An early season crash during stage 4 of the Paris-Nice effectively put an end to his spring campaign and out of contention for Dimension Data’s Giro d’Italia team. After recovering from his fall and resetting his season goals, Haas went on to pick up a stage win at the Vuelta a Burgos and two top ten finishes at the one-day World Tour races in Quebec and Montreal. A string of good performances at the Tour de Yorkshire led to him winning the Mountains classification at the Tour. He also picked up a third place on Stage 4 of the Tour of California.

2016 could be described as a breakout year for Haas given his performance throughout the year. During an interview with Cycling News (9 December 2016), Haas indicated that he learned more during the 2016 season riding alongside Edvald Boasson Hagen than he has done in any of his previous seasons as a pro.

He has very much continued with this form into 2017 at the Mitchelton Bay Cycling Classic and the 2017 Australian Road National Championships where a bunch sprint for the minor places saw Haas secure third place and his first podium finish at the Nationals.


His form clear will make him watch for a stage win at the first race of the 2017 World Tour – the Tour Down Under.

Caroline Buchanan

Caroline Buchanan had another outstanding year on her BMX and 4-cross mountain bike.

The first big result for Buchanan came when she claimed the elite time trial world title for the second time in her career at the UCI BMX World Championship in Colombia. After winning her sixth world title overall her focus shifted to the BMX world championship title.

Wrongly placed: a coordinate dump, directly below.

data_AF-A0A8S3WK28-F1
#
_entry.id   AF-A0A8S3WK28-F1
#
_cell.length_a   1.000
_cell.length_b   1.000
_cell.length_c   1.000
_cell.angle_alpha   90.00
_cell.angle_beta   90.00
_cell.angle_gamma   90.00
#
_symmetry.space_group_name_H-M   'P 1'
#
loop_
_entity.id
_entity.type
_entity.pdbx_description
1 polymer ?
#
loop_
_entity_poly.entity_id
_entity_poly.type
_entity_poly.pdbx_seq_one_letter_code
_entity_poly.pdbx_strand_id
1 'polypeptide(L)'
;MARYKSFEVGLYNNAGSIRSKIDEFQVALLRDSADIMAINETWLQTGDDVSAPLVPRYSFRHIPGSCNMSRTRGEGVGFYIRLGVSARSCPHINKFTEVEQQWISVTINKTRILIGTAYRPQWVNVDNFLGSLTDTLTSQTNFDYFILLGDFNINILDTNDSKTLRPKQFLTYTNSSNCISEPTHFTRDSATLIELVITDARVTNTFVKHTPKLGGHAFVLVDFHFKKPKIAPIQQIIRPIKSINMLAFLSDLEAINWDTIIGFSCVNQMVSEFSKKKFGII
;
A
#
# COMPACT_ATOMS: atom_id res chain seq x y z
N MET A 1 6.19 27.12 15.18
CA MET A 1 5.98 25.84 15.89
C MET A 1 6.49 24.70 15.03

Unfortunately for Buchanan, she came in second place to Colombian Mariana Pajón in a hard fought final to win silver. A performance that guaranteed her a spot at the Rio Olympics and a chance to redeem herself from the disappointment of London.

Coming into the Olympics, Buchanan was the second seed and at least a favourite for a medal. However, she crashed during one of the semi-final rounds and did not qualify for the final.

Buchanan did not let the Olympics result ruin her season as a month after Rio, Buchanan won the 4-cross mountain biking World Championship, her fourth rainbow jersey since 2009 and now seventh world title.


“It was a challenge for me to be able to step backup and bring that confidence after what happened in Rio but everyone needs to get back up after defeat and give it their best shot,” Buchanan told Fox Sports.

Caroline Buchanan won the 2016 Female Mountain Bike Cyclist of the Year at the Jayco Australian Cyclist of the Year Awards after an outstanding season.

While Buchanan has not outlined her goals and objectives over the next four years, I am sure the two unsuccessful Olympics games will surely motivate Buchanan to search for that elusive Olympic medal in Tokyo in 2020.

Chloe Hosking

Chloe Hosking would have to be Canberra’s most decorated woman road cyclist.

It started to come together for Hosking in the middle of the season where she won a number of key stages and races, including at the Giro d’Italia Femminile, La Route de France, and the Tour of Chongming Island. But it was her sprint finish at La Course on the Champs Élysées in Paris that turned heads and made her one of the favourites for the 2016 Women’s road world championships in Doha.

All eyes were on Hosking. Not only because she had just won a major race, but she also knew the course in Doha well as earlier in the year she had won Stage 4 of the Ladies Tour of Qatar. The course was pancake flat, and the first time since 2011 that it was one purely for the sprinters.


It did not go exactly to plan for Chloe as she missed out on a podium place in a fast and furious finish, coming in seventh place.

Chloe Hosking finished the season with three race wins, four stage wins and numerous podium finishes. Hosking just missed out on a top ten place in the UCI Women’s WorldTour ranking for 2016, coming in eleventh.

Even though Chloe is still young and has the potential to win on the world stage for many more years, in 2017 she has decided to focus her efforts on her studies. But that does not mean we will not see her on the women’s WorldTour. Hosking has changed team’s to ride with Ale Cipollini.